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“I believe that in the midst of all that despair, we need to nurture hope in ourselves as women, to believe that we are capable, that it’s possible to do something on behalf of our people.” – Berta Cáceres, 2014 It’s been a troubling week in troubling times. In the face of political fear mongering, people across the world have pulled together and amplified demands for change. Mourning and mobilizing is how love conquers hate.
First, a message of solidarity to the families and friends of those injured and killed in the recent Manchester bombing and to all those throughout the Middle East who continue to suffer from ceaseless wars. This sustained violence feeds on and fuels fear, anger and hatred—the key ingredients that serve to legitimize more weapons and more restrictions on basic rights. As we mourn, we must also untangle and change the policies and politics of inequality, discrimination, and dislocation that spark this violence.
JASS
Global South perspectives from JASS’ regions: hear from different JASS staff from around the world on  How to achieve Sustainable Development Goal 5 (gender equality and empowerment of all women and girls) in a context of closing civic space and increased violence? Investments in women’s political education, organizing and movement-building across social movements is essential for: Building constituencies and strong civic engagement for accountability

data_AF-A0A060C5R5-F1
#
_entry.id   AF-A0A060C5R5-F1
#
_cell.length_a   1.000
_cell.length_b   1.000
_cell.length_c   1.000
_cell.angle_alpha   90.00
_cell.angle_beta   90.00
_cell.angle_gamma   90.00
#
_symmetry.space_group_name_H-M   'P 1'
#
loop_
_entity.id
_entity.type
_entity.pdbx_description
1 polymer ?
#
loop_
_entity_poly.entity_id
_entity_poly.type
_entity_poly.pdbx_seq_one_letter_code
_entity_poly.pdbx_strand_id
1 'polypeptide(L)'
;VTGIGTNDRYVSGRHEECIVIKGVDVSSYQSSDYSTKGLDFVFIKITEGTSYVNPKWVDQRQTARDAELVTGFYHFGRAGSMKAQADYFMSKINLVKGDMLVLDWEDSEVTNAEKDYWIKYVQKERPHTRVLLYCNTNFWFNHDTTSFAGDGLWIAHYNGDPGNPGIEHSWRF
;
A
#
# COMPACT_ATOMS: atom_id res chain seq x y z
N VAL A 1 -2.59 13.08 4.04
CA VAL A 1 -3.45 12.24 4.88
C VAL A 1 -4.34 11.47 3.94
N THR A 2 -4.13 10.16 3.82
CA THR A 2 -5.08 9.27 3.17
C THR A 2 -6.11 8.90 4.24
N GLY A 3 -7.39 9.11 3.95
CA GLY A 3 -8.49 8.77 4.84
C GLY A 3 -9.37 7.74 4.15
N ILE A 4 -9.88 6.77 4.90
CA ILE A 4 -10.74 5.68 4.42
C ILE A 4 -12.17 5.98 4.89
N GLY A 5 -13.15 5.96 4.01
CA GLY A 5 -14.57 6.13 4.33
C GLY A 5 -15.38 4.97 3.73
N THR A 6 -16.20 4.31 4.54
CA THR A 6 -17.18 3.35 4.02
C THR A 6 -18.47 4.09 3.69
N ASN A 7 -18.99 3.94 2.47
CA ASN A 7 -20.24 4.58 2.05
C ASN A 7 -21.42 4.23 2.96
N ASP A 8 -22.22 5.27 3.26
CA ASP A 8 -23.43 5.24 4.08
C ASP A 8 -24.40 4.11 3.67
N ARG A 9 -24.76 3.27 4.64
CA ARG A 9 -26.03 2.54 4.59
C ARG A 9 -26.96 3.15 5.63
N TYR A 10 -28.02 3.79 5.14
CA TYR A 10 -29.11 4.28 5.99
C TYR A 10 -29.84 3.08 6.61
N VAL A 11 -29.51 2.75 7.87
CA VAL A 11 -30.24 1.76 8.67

The Count Me In! Consortium stands in solidarity with our Zimbabwean sisters in protest of the armed forces' sexual violence against women. 
JASS
JASS collaborated with filmmakers Maria del Pilar Godoy and Renato Martínez to develop this short documentary on women within the migrant caravan travelling through Central America and Mexico in 2018. 
Count Me In! Consortium
The Count Me In! Consortium, integrated by Mama Cash, AWID, JASS, CREA and the Urgent Action Funds, expresses its concern and rejection towards the escalation of violence against human rights defenders, journalists, feminists, social movements and civil society organizations in Nicaragua.
Margo Okazawa-Rey and JASS
A contextual analysis of Southeast Asia highlighting the ways that ordinary people, activists, human rights defenders, and social movements are organizing to protect their communities from destruction and injustice, even in extremely precarious and dangerous situations
If there is one thing we can say about this past year, it is that 2017 was the year of women. Find out why in our annual report! Cover photo credit: Center for Women's Resources (CWR)
JASS' Adelaide Mazwarira sits down with JASS supporter and ambassador, Marg VeneKlasen, to ask her how she became bold. Her answer will inspire you!
Central America and Mexico – and the United States too – have become places in which too many women’s lives don’t matter. It’s time for a change.

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